the radio field. Church, and will have its first per-
As for breaking into broadcasting, formance this morning, when Archie
the aspect appears anything but en- Thomas, Everett Cortrigh, P. W.
couraging, according to WJB's as- Rayner and Ruth Glazer handle~ his-
sistant general, manager. "The small ionics, and Clara Behainger and
station in a middle-sized community" F. Donald Clark narrate.
affords best chances for stating ex- While the people taking broadcast-
perience, he believes. In citing the ing from Mr. Church are picking up
birth of commercial radio, when the some pertinent points on radio dra-
small advertisers first tasted success ma, and already have "Pride and
with experimental programs, Mr. Prejudice" aired, those in the class
Uridge pointed out the origin of such of Mr. Don Hargis, with "He Who
call letters as those of stations Waits" now past tense, will have a
WOOD and WASH, first backed by fling at radio poetry from the mili-
a lumber company and laundry. It tant angle.
RADIO SPOTLIGHT
WJR WWJ CKLW WXYZ
760 KC - CBS 950 KC - NBC Red 800 KC - Mutual 1270KC - NBC Blue
Sunday Evening
6:00 Dear Mom Reg'lar "Fight European
6:15 L. K. Smith Fellers Camp" News
6:30 World Fitch Band Clare;News Pearson and
6:45 News Wagon Interlude Allen
7:00 Pause That What's My Detroit Star Spangled
7:15 Refreshes Name Bible Theatre
7:30 Crime Doctor OneMan's BClass Inner Sanctum
7:45 Davis: News Family Week-End Review Mysteries
8:00 Ford Manhattan Old Winchell
8:15 Summer Merry-Go-Round Fashioned Parker Family
8:30 Hour American Revival Irene Rich
8:45 Program Album Meeting Bill Stern
9:00 Take It Or Hour of We Have The

9:15 Leave It Charm Been There Good
9:30 City Deadline Carry On, Will
9:45 Desk Dramas Canada Court
10:00 Masterworks Barnes: News News News Ace

0

Saturday, July 26 -
8:30 a.m. Excursion No. 6-The Cranbrook Schools. Inspection of the five schools
of the Cranbrook Foundation, Bloomfield Hills, Christ Church, and
the Carillon. Round trip by special bus. Reservations in Summer
Session Office, Angell Hall. Trip ends at 4:00 p.m., Ann Arbor.
7:30 p.m. Concert, by the combined bands. (Ferry Field.)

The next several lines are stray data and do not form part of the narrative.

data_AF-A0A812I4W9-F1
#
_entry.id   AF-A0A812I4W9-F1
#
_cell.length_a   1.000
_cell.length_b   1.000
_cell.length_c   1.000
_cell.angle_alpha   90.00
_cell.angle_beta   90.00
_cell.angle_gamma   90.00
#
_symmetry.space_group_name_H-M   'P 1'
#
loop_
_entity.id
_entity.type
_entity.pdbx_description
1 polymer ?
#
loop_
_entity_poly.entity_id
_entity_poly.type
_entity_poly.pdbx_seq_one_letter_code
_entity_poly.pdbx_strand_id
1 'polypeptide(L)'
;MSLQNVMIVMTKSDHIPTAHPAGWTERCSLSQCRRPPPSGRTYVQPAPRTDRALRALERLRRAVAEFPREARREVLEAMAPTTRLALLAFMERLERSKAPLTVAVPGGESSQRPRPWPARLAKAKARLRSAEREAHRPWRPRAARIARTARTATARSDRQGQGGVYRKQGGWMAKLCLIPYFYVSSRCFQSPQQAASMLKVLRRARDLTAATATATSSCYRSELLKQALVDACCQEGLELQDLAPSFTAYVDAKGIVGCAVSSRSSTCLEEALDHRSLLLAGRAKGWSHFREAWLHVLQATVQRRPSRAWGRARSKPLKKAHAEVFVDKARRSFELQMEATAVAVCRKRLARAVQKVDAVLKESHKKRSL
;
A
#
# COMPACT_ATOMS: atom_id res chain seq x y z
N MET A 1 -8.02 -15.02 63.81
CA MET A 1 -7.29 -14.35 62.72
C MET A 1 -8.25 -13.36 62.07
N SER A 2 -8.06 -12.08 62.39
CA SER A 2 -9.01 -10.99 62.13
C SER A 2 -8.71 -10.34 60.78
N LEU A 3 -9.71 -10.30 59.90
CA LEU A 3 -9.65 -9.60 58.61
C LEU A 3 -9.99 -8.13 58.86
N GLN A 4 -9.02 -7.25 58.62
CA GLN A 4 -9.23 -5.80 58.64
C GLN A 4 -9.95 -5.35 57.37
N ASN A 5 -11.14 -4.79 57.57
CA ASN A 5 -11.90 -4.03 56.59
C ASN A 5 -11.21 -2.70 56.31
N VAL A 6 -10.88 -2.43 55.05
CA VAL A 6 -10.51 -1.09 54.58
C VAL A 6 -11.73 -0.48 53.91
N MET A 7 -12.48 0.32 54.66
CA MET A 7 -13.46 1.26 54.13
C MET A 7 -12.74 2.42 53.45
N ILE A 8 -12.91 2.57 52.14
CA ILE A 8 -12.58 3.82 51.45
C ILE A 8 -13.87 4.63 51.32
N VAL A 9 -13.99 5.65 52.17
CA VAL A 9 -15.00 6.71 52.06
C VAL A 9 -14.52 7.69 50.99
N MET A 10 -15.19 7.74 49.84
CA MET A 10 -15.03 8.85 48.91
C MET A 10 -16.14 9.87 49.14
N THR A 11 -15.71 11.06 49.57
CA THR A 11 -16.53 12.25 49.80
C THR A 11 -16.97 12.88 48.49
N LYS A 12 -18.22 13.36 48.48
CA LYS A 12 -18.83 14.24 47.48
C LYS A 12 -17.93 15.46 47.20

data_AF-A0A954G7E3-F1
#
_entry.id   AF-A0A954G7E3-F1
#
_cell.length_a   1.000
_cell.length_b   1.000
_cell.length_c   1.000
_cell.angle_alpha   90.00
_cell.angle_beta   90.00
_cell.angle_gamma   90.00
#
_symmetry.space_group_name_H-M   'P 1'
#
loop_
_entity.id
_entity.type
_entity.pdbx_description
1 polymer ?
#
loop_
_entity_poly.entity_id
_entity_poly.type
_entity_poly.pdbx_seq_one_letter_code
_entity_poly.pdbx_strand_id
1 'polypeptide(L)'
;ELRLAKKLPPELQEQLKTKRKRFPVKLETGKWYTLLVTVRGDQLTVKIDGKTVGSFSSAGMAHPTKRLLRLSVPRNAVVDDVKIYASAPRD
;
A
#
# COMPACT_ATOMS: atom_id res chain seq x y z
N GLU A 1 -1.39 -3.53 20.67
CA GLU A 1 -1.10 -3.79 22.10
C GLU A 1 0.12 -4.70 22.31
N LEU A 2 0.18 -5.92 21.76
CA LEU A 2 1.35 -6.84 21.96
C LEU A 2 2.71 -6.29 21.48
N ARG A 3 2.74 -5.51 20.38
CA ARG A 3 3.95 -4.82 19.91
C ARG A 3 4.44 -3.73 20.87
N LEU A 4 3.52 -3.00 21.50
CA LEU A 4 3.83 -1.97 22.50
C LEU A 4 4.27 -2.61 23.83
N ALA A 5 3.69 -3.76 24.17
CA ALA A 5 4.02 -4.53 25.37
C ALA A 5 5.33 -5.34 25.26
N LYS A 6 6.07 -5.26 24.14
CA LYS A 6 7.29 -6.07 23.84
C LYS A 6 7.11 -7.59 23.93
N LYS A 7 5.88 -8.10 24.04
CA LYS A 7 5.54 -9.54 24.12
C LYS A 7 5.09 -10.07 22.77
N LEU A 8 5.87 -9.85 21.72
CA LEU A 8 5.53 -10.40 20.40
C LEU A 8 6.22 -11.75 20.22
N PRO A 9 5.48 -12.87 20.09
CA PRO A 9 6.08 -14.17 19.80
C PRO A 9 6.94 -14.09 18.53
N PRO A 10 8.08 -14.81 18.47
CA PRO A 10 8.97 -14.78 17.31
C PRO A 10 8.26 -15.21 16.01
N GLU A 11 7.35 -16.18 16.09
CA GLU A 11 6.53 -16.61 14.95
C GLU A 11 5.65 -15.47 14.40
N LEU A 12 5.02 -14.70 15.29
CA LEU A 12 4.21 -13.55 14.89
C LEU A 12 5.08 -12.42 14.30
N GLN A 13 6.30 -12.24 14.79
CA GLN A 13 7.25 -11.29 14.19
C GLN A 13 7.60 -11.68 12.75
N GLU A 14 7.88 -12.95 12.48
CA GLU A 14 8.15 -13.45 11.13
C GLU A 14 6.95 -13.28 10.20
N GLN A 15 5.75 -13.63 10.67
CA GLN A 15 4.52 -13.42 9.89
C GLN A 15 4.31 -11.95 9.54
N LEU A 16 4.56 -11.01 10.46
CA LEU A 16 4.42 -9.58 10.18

8:30 p.m. "The Little Foxes," by Lillian Hellman. (Lydia Mendelssohn Theatre.)
9:00 p.m. Social Evening. (Michigan League Ballroom). Come with or without
partners.

Sunday,
7:15 p.m.+
8:00 p.m.

July 27-
Concert on the Charles Baird Carillon.
Vespers Service, with "A Capella" Choir.
kins, Director of the Summer Session.

Address by Dr. Louis A. Hop-
(Lecture Hall, Rackham Bldg.)

Washington Merry- Go-Round
By DREW PEARSON and ROBERT S. ALLEN

WASHINGTON-Regardless of What Secre-
tary Knox told the Senate Naval Affairs Com-
mittee about U.S. warships firing at Nazi sub-
marines, you can write it down as definite that
a new policy has been worked out regarding
submarines.
The policy was delineated shortly after the
sinking of the Robin Moor, and anyone reading
between the lines of the President's message to
Congress on that subject could see it.
It will be recalled that the President informed
Congress that the sinking of the Robin Moor
was an act of "piracy." He used this word ad-
visedly. By characterizing the Germans as pi-
rates, the United States is free to invoke the
rules of international warfare against pirates,
namely to attack and capture them without any
declaration of war.
Also it should be recalled that at a recent
nrpe conferenc e nn in his fireideca ht nf

Willkie Squares Off
Wendell Willkie has faced many foes in his
militant stand against Hitler, but none stranger
than at a dinner party in the Long Island home
of Mrs. Ogden Mills, wife of the late Secretary
of the Treasury.
"Freddy" Lonsdale, British playwright who
wrote "The Last of Mrs. Cheney," was at the
dinner and expressed some pronounced appease-
ment views. Other guests, indignant, demanded
that Willkie reply to Lonsdale.
There ensued the remarkable spectacle of an
American scrappily demanding a fight to the
finish against Hitlerism and a Britisher arguing
the other way.
Although courteous, Willkie minced no words.
He told Lonsdale that while he had every right
to speak for himself, he was talking out of turn
when he presumed to "speak for the British
people." "I've been to England." Willkie de-